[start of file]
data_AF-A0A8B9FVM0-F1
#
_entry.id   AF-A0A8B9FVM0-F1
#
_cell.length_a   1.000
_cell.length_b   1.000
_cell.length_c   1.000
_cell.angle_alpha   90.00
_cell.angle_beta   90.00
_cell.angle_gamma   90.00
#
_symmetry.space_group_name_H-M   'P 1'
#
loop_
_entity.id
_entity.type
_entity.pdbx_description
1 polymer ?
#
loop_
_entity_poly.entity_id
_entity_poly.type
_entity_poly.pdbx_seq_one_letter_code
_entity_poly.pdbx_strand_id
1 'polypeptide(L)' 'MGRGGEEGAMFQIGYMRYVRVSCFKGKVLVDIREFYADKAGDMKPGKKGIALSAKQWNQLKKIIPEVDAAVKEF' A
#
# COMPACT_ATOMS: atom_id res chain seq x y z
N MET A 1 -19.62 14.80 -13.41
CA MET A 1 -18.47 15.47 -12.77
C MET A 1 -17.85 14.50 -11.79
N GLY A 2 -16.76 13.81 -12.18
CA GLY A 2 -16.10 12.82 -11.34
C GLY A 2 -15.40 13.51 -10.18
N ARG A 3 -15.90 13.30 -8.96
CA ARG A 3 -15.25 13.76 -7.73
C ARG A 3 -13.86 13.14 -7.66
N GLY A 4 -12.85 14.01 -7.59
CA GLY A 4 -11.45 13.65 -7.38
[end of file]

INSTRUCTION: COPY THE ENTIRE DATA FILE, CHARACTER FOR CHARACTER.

data_AF-A0A8B9FVM0-F1
#
_entry.id   AF-A0A8B9FVM0-F1
#
_cell.length_a   1.000
_cell.length_b   1.000
_cell.length_c   1.000
_cell.angle_alpha   90.00
_cell.angle_beta   90.00
_cell.angle_gamma   90.00
#
_symmetry.space_group_name_H-M   'P 1'
#
loop_
_entity.id
_entity.type
_entity.pdbx_description
1 polymer ?
#
loop_
_entity_poly.entity_id
_entity_poly.type
_entity_poly.pdbx_seq_one_letter_code
_entity_poly.pdbx_strand_id
1 'polypeptide(L)' 'MGRGGEEGAMFQIGYMRYVRVSCFKGKVLVDIREFYADKAGDMKPGKKGIALSAKQWNQLKKIIPEVDAAVKEF' A
#
# COMPACT_ATOMS: atom_id res chain seq x y z
N MET A 1 -19.62 14.80 -13.41
CA MET A 1 -18.47 15.47 -12.77
C MET A 1 -17.85 14.50 -11.79
N GLY A 2 -16.76 13.81 -12.18
CA GLY A 2 -16.10 12.82 -11.34
C GLY A 2 -15.40 13.51 -10.18
N ARG A 3 -15.90 13.30 -8.96
CA ARG A 3 -15.25 13.76 -7.73
C ARG A 3 -13.86 13.14 -7.66
N GLY A 4 -12.85 14.01 -7.59
CA GLY A 4 -11.45 13.65 -7.38